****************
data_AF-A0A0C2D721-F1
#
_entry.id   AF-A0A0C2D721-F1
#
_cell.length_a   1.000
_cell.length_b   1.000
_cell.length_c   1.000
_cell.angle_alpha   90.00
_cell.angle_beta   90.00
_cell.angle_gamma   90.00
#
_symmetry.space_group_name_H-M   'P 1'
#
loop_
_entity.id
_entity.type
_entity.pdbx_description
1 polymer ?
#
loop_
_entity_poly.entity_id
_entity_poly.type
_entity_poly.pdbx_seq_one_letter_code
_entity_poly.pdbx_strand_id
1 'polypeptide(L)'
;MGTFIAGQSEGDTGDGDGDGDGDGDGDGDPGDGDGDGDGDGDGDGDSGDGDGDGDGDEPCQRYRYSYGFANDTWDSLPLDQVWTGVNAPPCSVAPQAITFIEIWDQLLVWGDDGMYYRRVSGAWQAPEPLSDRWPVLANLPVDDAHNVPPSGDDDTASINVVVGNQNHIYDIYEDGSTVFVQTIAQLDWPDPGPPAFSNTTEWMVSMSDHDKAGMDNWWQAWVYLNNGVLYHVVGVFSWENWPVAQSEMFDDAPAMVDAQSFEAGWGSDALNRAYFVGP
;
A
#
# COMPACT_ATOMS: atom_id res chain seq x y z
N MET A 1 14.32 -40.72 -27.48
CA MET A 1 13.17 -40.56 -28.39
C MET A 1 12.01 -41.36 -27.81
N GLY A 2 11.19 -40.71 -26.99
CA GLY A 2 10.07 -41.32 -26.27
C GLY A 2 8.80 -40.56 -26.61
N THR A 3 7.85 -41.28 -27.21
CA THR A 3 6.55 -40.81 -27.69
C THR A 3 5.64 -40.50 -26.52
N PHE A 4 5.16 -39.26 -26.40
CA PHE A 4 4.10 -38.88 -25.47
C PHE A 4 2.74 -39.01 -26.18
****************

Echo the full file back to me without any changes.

data_AF-A0A0C2D721-F1
#
_entry.id   AF-A0A0C2D721-F1
#
_cell.length_a   1.000
_cell.length_b   1.000
_cell.length_c   1.000
_cell.angle_alpha   90.00
_cell.angle_beta   90.00
_cell.angle_gamma   90.00
#
_symmetry.space_group_name_H-M   'P 1'
#
loop_
_entity.id
_entity.type
_entity.pdbx_description
1 polymer ?
#
loop_
_entity_poly.entity_id
_entity_poly.type
_entity_poly.pdbx_seq_one_letter_code
_entity_poly.pdbx_strand_id
1 'polypeptide(L)'
;MGTFIAGQSEGDTGDGDGDGDGDGDGDGDPGDGDGDGDGDGDGDGDSGDGDGDGDGDEPCQRYRYSYGFANDTWDSLPLDQVWTGVNAPPCSVAPQAITFIEIWDQLLVWGDDGMYYRRVSGAWQAPEPLSDRWPVLANLPVDDAHNVPPSGDDDTASINVVVGNQNHIYDIYEDGSTVFVQTIAQLDWPDPGPPAFSNTTEWMVSMSDHDKAGMDNWWQAWVYLNNGVLYHVVGVFSWENWPVAQSEMFDDAPAMVDAQSFEAGWGSDALNRAYFVGP
;
A
#
# COMPACT_ATOMS: atom_id res chain seq x y z
N MET A 1 14.32 -40.72 -27.48
CA MET A 1 13.17 -40.56 -28.39
C MET A 1 12.01 -41.36 -27.81
N GLY A 2 11.19 -40.71 -26.99
CA GLY A 2 10.07 -41.32 -26.27
C GLY A 2 8.80 -40.56 -26.61
N THR A 3 7.85 -41.28 -27.21
CA THR A 3 6.55 -40.81 -27.69
C THR A 3 5.64 -40.50 -26.52
N PHE A 4 5.16 -39.26 -26.40
CA PHE A 4 4.10 -38.88 -25.47
C PHE A 4 2.74 -39.01 -26.18